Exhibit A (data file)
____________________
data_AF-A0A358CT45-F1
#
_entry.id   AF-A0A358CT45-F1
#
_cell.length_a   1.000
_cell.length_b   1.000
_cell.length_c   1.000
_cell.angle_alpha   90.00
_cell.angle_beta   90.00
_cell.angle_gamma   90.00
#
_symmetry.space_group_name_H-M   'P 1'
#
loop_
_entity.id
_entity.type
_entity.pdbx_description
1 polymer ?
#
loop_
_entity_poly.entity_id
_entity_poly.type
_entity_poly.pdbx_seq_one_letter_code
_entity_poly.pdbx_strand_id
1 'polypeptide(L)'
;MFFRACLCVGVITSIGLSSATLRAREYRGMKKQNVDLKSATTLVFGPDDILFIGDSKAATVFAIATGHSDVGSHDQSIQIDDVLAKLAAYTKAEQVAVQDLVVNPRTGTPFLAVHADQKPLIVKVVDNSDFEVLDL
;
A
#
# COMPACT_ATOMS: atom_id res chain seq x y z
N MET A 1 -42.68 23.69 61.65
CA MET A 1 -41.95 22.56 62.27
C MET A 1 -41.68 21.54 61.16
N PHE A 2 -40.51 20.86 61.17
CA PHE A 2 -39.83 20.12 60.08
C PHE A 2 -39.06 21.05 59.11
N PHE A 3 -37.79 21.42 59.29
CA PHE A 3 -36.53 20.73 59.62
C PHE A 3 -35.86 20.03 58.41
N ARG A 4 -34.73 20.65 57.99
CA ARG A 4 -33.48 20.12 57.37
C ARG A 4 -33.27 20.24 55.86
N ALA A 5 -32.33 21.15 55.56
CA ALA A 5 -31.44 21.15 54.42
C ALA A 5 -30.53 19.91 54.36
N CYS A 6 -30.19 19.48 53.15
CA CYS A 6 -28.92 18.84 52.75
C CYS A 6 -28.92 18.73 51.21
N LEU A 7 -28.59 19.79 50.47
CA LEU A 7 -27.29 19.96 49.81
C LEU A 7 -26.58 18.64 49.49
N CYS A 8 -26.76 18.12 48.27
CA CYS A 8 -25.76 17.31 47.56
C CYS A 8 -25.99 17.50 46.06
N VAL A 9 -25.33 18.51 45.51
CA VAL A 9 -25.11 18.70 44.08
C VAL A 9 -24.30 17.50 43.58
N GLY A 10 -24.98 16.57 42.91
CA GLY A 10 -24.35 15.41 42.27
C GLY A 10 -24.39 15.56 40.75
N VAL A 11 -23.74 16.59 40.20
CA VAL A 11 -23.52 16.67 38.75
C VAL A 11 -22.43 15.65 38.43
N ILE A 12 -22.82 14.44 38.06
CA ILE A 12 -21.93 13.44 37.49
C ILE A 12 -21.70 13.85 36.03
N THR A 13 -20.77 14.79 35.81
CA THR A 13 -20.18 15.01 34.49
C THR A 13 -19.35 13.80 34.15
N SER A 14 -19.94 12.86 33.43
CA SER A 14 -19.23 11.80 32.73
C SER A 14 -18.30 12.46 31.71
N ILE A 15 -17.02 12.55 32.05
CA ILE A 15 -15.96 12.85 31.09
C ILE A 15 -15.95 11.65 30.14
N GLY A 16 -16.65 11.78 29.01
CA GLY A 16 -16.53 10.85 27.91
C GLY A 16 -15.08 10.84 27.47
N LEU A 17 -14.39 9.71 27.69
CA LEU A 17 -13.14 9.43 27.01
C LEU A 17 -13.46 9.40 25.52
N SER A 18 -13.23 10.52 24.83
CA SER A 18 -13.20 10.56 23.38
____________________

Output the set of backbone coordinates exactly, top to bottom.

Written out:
data_AF-A0A358CT45-F1
#
_entry.id   AF-A0A358CT45-F1
#
_cell.length_a   1.000
_cell.length_b   1.000
_cell.length_c   1.000
_cell.angle_alpha   90.00
_cell.angle_beta   90.00
_cell.angle_gamma   90.00
#
_symmetry.space_group_name_H-M   'P 1'
#
loop_
_entity.id
_entity.type
_entity.pdbx_description
1 polymer ?
#
loop_
_entity_poly.entity_id
_entity_poly.type
_entity_poly.pdbx_seq_one_letter_code
_entity_poly.pdbx_strand_id
1 'polypeptide(L)'
;MFFRACLCVGVITSIGLSSATLRAREYRGMKKQNVDLKSATTLVFGPDDILFIGDSKAATVFAIATGHSDVGSHDQSIQIDDVLAKLAAYTKAEQVAVQDLVVNPRTGTPFLAVHADQKPLIVKVVDNSDFEVLDL
;
A
#
# COMPACT_ATOMS: atom_id res chain seq x y z
N MET A 1 -42.68 23.69 61.65
CA MET A 1 -41.95 22.56 62.27
C MET A 1 -41.68 21.54 61.16
N PHE A 2 -40.51 20.86 61.17
CA PHE A 2 -39.83 20.12 60.08
C PHE A 2 -39.06 21.05 59.11
N PHE A 3 -37.79 21.42 59.29
CA PHE A 3 -36.53 20.73 59.62
C PHE A 3 -35.86 20.03 58.41
N ARG A 4 -34.73 20.65 57.99
CA ARG A 4 -33.48 20.12 57.37
C ARG A 4 -33.27 20.24 55.86
N ALA A 5 -32.33 21.15 55.56
CA ALA A 5 -31.44 21.15 54.42
C ALA A 5 -30.53 19.91 54.36
N CYS A 6 -30.19 19.48 53.15
CA CYS A 6 -28.92 18.84 52.75
C CYS A 6 -28.92 18.73 51.21
N LEU A 7 -28.59 19.79 50.47
CA LEU A 7 -27.29 19.96 49.81
C LEU A 7 -26.58 18.64 49.49
N CYS A 8 -26.76 18.12 48.27
CA CYS A 8 -25.76 17.31 47.56
C CYS A 8 -25.99 17.50 46.06
N VAL A 9 -25.33 18.51 45.51
CA VAL A 9 -25.11 18.70 44.08
C VAL A 9 -24.30 17.50 43.58
N GLY A 10 -24.98 16.57 42.91
CA GLY A 10 -24.35 15.41 42.27
C GLY A 10 -24.39 15.56 40.75
N VAL A 11 -23.74 16.59 40.20
CA VAL A 11 -23.52 16.67 38.75
C VAL A 11 -22.43 15.65 38.43
N ILE A 12 -22.82 14.44 38.06
CA ILE A 12 -21.93 13.44 37.49
C ILE A 12 -21.70 13.85 36.03
N THR A 13 -20.77 14.79 35.81
CA THR A 13 -20.18 15.01 34.49
C THR A 13 -19.35 13.80 34.15
N SER A 14 -19.94 12.86 33.43
CA SER A 14 -19.23 11.80 32.73
C SER A 14 -18.30 12.46 31.71
N ILE A 15 -17.02 12.55 32.05
CA ILE A 15 -15.96 12.85 31.09
C ILE A 15 -15.95 11.65 30.14
N GLY A 16 -16.65 11.78 29.01
CA GLY A 16 -16.53 10.85 27.91
C GLY A 16 -15.08 10.84 27.47
N LEU A 17 -14.39 9.71 27.69
CA LEU A 17 -13.14 9.43 27.01
C LEU A 17 -13.46 9.40 25.52
N SER A 18 -13.23 10.52 24.83
CA SER A 18 -13.20 10.56 23.38